SocialismToday           Socialist Party magazine

Socialism Today 126 - March 2009

France: struggles and the new party

IN 2007, when Nicolas Sarkozy was elected president, he declared that he wanted to end the inheritance of May 1968 in France. Last spring, with the introduction of new labour laws against the right to strike in public transport and primary schools, he also said that "now in France, when there are strikes, nobody can see it". But on 29 January this year, 2.5 million striking workers and young people demonstrated on the streets. A lot of placards read: ‘Now, do you see the strike?!’ A recent survey in Le Figaro magazine confirmed a growing defiance against Sarkozy, with 37% supporting his policies. Last September, this was 50%.

In 2008, unemployment rose to 11%, with 45,000 job losses in December. As in all of Europe, waves of sackings are being announced. At the same time, the oil company, Total, announced record profits of €13.9 billion. Workers have seen quickly that behind Sarkozy’s frenzied actions, especially when he was president of the European Union, nothing has been done in the interests of the population, only for the bosses. On 29 January, 69% of the population supported the strike.

Two days after the announcement of state help worth €3 billion to support the automobile industry (Renault and PSA Peugeot Citroen), Christian Streiff, PSA chief executive officer, announced 11,000 job losses, 6-7,000 of which are in France. Crisis is becoming more concrete now in France. According to Eurostat, the EU’s statistical office, French GDP fell 1.2% in the fourth quarter of 2008. It is set to fall further this year. The construction and automobile sectors are the most affected. Alongside the smallest factories, subcontractors for the big companies are closing, sacking hundreds upon hundreds of workers. The national institute of statistics (INSEE) expects 285,000 more unemployed workers in 2009. And that is a low estimate.

Automobile workers have been mobilised from the end of last year. But since the Christmas holidays, bosses have been implementing massive layoffs making it quite difficult to mobilise industrial battles which link those in work with those laid off. Nevertheless, in some areas, like Renault Sandouville in Le Havre or Peugeot Sochaux and Mulhouse, there has been action, with more planned since Sarkozy’s so-called rescue plan.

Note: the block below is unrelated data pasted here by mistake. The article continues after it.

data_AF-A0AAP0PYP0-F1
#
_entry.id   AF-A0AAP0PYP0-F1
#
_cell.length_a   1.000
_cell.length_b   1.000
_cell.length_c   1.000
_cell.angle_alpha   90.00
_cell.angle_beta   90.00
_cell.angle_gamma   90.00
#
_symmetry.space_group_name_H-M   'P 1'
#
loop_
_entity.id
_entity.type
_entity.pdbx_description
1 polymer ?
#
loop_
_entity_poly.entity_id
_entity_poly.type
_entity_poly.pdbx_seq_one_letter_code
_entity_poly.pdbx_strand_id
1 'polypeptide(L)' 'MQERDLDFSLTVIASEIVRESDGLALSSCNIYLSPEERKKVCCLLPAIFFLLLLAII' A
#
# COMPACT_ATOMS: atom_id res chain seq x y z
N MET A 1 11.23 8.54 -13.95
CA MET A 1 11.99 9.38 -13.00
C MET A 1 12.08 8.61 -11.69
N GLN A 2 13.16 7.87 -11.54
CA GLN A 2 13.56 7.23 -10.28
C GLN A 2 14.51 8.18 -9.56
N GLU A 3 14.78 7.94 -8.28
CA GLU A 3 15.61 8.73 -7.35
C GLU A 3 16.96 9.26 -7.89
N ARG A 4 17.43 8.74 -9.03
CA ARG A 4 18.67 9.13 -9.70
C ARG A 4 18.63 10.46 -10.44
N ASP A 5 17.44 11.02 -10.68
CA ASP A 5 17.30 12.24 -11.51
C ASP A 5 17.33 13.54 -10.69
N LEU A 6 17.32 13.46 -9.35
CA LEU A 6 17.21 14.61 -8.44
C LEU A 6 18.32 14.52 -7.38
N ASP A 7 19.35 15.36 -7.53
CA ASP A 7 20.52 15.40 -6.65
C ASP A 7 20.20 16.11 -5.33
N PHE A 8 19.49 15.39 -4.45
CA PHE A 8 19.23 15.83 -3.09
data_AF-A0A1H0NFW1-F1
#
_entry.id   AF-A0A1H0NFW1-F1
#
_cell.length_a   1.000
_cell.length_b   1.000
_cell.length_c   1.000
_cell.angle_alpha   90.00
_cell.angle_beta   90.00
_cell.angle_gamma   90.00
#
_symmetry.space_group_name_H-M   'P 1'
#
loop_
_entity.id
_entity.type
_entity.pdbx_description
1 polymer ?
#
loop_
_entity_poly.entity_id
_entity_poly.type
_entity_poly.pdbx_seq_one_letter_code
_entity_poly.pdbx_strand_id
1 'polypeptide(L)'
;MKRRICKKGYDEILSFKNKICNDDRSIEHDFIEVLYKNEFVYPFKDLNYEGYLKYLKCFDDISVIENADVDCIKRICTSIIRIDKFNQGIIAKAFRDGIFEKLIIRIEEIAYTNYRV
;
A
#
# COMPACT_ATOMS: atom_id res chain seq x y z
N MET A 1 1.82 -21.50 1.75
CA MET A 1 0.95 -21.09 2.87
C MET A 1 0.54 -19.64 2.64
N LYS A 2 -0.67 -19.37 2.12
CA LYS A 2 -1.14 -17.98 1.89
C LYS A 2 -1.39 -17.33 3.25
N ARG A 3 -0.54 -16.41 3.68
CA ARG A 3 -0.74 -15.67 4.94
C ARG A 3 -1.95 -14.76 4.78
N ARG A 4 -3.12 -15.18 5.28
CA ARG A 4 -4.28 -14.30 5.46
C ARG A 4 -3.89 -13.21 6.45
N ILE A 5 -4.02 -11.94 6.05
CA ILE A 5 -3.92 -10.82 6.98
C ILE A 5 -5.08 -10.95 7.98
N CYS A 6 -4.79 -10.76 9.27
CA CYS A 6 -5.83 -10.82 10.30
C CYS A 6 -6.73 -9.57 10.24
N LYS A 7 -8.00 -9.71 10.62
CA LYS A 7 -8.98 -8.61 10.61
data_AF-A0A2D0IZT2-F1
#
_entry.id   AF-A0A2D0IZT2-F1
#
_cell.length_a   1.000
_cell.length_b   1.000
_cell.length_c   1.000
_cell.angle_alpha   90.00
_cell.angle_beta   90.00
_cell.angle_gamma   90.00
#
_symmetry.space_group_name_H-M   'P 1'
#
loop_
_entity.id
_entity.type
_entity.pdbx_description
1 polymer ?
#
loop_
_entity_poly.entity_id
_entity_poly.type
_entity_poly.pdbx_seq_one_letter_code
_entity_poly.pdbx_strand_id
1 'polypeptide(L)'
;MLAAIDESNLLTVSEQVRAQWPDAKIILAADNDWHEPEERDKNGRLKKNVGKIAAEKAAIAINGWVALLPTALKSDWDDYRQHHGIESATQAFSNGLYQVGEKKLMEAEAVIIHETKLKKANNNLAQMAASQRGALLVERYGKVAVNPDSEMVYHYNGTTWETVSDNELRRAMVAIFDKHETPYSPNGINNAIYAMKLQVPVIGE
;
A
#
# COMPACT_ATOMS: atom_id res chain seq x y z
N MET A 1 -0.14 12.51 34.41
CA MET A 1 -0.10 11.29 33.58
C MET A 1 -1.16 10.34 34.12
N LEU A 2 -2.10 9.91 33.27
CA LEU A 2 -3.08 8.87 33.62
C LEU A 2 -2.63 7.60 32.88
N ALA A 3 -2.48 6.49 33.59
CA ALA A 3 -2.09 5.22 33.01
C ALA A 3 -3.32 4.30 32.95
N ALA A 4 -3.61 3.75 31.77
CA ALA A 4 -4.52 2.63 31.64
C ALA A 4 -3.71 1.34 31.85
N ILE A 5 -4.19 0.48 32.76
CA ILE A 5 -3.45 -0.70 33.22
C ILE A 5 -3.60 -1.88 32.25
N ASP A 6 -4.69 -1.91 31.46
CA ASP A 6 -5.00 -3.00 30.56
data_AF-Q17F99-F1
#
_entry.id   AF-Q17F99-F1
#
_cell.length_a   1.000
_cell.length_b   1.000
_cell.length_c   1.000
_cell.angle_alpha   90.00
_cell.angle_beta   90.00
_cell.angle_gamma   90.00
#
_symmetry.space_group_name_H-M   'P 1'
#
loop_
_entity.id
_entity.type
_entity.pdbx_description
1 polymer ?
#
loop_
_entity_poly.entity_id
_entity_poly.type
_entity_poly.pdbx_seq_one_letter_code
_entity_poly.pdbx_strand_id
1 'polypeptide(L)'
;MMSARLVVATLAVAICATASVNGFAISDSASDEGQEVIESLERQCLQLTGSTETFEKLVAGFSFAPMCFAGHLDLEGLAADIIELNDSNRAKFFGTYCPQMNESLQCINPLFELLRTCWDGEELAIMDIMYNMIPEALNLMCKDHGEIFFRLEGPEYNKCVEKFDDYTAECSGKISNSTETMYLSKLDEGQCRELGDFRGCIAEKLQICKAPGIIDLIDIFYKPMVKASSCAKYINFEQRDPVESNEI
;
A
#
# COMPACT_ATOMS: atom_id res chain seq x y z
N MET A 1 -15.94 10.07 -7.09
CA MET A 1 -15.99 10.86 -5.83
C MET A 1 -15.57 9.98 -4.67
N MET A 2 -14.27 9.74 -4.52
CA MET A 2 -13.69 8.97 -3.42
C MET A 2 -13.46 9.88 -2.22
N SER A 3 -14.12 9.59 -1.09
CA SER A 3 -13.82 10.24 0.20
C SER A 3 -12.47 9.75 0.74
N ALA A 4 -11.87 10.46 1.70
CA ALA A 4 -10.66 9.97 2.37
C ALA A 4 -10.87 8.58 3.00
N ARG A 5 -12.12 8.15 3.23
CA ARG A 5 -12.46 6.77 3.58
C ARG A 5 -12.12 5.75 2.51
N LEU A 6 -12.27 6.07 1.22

For the moment, after the huge strike day in January, national education is the most mobilised sector, following the massive education strike on 20 November. There has been a whole series of strikes and days of action in significant parts of this sector (school student demos, parents’ mobilisation against class closures, teachers’ strike days against cuts in the 2009-10 budget). On 29 January, workers in national education responded massively. And now there are plans for further cuts in high-school budgets, reform in technical education, reform of the university teacher-research statute, as well as changes in teacher training. The mobilisation is growing. More than 35 universities have been hit by an unlimited teachers’ strike since 2 February. In the public health sector, a new law is going through parliament (the Bachelot law), which aims to extend privatisation and the market into the public hospital system. Step by step, a mobilisation is beginning to develop from the Parisian hospitals.